An atypical presentation of acute coronary syndrome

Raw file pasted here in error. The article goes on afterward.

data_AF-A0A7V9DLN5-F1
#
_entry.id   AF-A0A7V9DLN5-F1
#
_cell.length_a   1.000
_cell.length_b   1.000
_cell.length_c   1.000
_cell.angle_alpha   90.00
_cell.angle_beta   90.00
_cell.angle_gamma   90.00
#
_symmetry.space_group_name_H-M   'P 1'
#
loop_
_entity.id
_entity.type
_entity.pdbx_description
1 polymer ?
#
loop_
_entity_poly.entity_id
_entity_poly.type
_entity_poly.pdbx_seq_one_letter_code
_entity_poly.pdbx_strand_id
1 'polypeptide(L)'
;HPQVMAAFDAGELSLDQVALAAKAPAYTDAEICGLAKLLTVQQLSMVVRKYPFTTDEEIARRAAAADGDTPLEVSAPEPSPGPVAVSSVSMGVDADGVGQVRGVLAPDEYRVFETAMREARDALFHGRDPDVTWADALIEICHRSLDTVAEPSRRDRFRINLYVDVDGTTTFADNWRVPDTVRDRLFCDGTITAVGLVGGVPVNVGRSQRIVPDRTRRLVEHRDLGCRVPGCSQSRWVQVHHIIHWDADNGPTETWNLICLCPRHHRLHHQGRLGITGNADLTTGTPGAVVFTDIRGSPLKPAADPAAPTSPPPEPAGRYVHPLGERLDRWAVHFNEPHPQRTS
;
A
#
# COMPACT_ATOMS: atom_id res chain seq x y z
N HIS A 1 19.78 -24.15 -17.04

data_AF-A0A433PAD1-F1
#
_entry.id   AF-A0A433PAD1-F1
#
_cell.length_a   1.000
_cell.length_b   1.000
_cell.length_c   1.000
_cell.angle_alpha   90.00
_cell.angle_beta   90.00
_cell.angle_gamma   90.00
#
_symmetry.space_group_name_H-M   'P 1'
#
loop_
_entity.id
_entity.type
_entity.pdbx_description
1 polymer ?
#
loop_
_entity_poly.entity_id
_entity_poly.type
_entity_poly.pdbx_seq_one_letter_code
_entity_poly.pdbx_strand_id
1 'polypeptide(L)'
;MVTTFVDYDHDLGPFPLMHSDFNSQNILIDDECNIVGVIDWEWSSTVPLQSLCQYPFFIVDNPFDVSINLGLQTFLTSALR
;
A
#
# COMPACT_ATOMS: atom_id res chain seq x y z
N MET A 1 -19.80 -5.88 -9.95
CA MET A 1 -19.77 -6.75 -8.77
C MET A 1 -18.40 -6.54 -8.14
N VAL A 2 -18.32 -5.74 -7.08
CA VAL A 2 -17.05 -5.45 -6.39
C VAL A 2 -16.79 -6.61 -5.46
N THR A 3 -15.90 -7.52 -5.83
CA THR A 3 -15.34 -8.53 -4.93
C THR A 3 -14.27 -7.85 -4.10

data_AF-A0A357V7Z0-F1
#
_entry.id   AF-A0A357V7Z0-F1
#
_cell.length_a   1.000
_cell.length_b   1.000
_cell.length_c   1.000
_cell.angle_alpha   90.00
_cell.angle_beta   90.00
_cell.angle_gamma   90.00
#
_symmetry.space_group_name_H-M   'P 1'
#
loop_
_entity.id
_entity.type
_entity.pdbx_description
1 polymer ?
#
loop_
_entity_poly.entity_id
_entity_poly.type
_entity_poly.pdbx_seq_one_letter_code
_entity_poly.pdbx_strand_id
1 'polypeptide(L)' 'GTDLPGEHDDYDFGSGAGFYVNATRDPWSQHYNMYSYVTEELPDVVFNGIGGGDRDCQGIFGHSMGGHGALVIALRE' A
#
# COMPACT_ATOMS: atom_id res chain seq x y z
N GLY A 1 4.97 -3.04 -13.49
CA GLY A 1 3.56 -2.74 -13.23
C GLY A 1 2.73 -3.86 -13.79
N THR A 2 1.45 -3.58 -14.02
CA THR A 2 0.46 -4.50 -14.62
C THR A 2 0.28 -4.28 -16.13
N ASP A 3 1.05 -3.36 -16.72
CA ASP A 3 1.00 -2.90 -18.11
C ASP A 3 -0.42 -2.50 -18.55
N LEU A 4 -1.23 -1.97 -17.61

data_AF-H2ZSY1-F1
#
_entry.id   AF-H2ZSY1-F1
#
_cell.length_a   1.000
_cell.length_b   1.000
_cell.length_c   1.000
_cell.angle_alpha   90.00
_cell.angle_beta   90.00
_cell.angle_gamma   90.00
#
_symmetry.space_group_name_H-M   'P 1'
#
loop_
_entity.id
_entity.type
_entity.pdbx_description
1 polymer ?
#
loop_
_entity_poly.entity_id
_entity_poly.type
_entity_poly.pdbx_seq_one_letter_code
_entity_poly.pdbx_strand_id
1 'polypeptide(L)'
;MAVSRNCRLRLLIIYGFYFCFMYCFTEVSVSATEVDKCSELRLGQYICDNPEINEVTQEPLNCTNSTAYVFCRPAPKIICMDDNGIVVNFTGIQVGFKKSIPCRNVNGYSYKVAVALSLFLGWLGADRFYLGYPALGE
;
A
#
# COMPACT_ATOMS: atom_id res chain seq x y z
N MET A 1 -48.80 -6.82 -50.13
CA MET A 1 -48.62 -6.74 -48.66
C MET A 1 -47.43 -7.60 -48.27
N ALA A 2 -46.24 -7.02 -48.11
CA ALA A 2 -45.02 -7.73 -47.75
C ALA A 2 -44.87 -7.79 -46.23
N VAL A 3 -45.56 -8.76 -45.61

A 61-year-old man was admitted to hospital with severe occipital headache and weakness and numbness of the left arm. His electrocardiograms showed changes hinting at acute coronary syndrome (ACS). However, in view of his clinical presentation, he underwent tests for likely subarachnoid haemorrhage, but this was ruled out. The next day, he was referred to cardiology. A transthoracic echocardiogram showed reduced left ventricular systolic function along with regional wall motion abnormalities involving inferoposterior walls. The patient was treated as per the protocol for ACS. A dobutamine stress echocardiogram confirmed inferior myocardial infarction with evidence of myocardial viability in the affected left ventricular segments. Subsequent investigations confirmed three-vessel coronary artery disease and reduced left ventricular systolic function. The patient underwent successful coronary artery bypass grafting. © Touch Briefings 2012.